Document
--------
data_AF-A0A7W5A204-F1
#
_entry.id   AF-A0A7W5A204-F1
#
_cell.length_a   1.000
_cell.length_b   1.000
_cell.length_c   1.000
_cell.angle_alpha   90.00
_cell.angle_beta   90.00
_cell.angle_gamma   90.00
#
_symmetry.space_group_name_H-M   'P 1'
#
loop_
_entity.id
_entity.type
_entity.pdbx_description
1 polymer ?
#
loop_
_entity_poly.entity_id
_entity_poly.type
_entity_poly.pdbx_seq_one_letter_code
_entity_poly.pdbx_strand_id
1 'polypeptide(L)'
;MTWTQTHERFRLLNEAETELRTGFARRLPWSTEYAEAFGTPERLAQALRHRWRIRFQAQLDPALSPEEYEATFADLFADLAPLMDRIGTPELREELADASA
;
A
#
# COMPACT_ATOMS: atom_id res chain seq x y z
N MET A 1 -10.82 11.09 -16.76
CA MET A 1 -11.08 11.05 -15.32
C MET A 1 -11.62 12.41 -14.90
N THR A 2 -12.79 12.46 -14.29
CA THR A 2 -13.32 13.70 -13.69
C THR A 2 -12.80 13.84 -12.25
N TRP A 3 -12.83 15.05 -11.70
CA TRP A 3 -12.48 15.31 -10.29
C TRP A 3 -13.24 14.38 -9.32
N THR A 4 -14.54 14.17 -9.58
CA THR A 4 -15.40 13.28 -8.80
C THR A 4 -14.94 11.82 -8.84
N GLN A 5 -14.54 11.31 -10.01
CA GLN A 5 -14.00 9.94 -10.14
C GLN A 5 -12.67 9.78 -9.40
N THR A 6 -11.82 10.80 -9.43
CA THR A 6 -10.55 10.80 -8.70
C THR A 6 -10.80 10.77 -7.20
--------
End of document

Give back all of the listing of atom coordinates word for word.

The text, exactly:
data_AF-A0A7W5A204-F1
#
_entry.id   AF-A0A7W5A204-F1
#
_cell.length_a   1.000
_cell.length_b   1.000
_cell.length_c   1.000
_cell.angle_alpha   90.00
_cell.angle_beta   90.00
_cell.angle_gamma   90.00
#
_symmetry.space_group_name_H-M   'P 1'
#
loop_
_entity.id
_entity.type
_entity.pdbx_description
1 polymer ?
#
loop_
_entity_poly.entity_id
_entity_poly.type
_entity_poly.pdbx_seq_one_letter_code
_entity_poly.pdbx_strand_id
1 'polypeptide(L)'
;MTWTQTHERFRLLNEAETELRTGFARRLPWSTEYAEAFGTPERLAQALRHRWRIRFQAQLDPALSPEEYEATFADLFADLAPLMDRIGTPELREELADASA
;
A
#
# COMPACT_ATOMS: atom_id res chain seq x y z
N MET A 1 -10.82 11.09 -16.76
CA MET A 1 -11.08 11.05 -15.32
C MET A 1 -11.62 12.41 -14.90
N THR A 2 -12.79 12.46 -14.29
CA THR A 2 -13.32 13.70 -13.69
C THR A 2 -12.80 13.84 -12.25
N TRP A 3 -12.83 15.05 -11.70
CA TRP A 3 -12.48 15.31 -10.29
C TRP A 3 -13.24 14.38 -9.32
N THR A 4 -14.54 14.17 -9.58
CA THR A 4 -15.40 13.28 -8.80
C THR A 4 -14.94 11.82 -8.84
N GLN A 5 -14.54 11.31 -10.01
CA GLN A 5 -14.00 9.94 -10.14
C GLN A 5 -12.67 9.78 -9.40
N THR A 6 -11.82 10.80 -9.43
CA THR A 6 -10.55 10.80 -8.70
C THR A 6 -10.80 10.77 -7.20